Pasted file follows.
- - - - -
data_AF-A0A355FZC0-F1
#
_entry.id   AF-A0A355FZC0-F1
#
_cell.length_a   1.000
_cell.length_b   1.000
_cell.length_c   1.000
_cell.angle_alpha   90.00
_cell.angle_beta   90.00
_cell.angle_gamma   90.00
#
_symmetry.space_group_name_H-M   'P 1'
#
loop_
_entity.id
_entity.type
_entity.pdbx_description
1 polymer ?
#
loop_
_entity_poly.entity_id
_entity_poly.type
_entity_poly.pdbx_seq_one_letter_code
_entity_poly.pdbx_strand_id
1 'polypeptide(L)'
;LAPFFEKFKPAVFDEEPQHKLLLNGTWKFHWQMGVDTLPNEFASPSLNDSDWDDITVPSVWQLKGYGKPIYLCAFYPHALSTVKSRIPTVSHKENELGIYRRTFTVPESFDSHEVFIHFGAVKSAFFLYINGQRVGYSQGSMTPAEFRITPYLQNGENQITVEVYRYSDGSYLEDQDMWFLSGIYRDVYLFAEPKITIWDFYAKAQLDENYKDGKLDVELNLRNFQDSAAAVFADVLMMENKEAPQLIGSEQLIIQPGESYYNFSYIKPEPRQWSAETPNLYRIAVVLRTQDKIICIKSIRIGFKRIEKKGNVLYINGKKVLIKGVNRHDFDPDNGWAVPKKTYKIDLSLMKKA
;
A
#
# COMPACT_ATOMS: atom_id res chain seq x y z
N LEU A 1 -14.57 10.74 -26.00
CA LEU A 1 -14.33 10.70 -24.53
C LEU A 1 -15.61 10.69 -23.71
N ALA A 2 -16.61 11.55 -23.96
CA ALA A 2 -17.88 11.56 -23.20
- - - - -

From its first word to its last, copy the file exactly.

data_AF-A0A355FZC0-F1
#
_entry.id   AF-A0A355FZC0-F1
#
_cell.length_a   1.000
_cell.length_b   1.000
_cell.length_c   1.000
_cell.angle_alpha   90.00
_cell.angle_beta   90.00
_cell.angle_gamma   90.00
#
_symmetry.space_group_name_H-M   'P 1'
#
loop_
_entity.id
_entity.type
_entity.pdbx_description
1 polymer ?
#
loop_
_entity_poly.entity_id
_entity_poly.type
_entity_poly.pdbx_seq_one_letter_code
_entity_poly.pdbx_strand_id
1 'polypeptide(L)'
;LAPFFEKFKPAVFDEEPQHKLLLNGTWKFHWQMGVDTLPNEFASPSLNDSDWDDITVPSVWQLKGYGKPIYLCAFYPHALSTVKSRIPTVSHKENELGIYRRTFTVPESFDSHEVFIHFGAVKSAFFLYINGQRVGYSQGSMTPAEFRITPYLQNGENQITVEVYRYSDGSYLEDQDMWFLSGIYRDVYLFAEPKITIWDFYAKAQLDENYKDGKLDVELNLRNFQDSAAAVFADVLMMENKEAPQLIGSEQLIIQPGESYYNFSYIKPEPRQWSAETPNLYRIAVVLRTQDKIICIKSIRIGFKRIEKKGNVLYINGKKVLIKGVNRHDFDPDNGWAVPKKTYKIDLSLMKKA
;
A
#
# COMPACT_ATOMS: atom_id res chain seq x y z
N LEU A 1 -14.57 10.74 -26.00
CA LEU A 1 -14.33 10.70 -24.53
C LEU A 1 -15.61 10.69 -23.71
N ALA A 2 -16.61 11.55 -23.96
CA ALA A 2 -17.88 11.56 -23.20